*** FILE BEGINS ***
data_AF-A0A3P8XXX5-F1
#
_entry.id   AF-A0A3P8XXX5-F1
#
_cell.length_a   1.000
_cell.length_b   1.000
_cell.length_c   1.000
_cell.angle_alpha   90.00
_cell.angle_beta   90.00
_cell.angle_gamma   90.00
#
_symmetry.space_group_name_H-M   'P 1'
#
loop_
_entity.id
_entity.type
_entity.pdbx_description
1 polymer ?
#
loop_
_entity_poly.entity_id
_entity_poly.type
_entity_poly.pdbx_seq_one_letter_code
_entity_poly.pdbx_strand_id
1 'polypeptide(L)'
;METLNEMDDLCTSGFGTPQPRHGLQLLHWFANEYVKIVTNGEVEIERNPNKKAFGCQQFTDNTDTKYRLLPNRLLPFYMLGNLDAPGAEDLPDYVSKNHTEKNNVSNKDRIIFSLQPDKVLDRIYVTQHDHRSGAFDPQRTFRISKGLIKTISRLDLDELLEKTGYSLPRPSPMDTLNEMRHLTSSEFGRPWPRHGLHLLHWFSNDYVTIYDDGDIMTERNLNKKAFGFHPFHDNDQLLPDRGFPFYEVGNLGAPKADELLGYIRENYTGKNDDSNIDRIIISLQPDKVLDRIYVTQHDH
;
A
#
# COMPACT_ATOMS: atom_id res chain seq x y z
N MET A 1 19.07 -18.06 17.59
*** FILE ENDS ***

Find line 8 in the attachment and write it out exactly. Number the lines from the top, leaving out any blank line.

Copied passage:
_cell.angle_alpha   90.00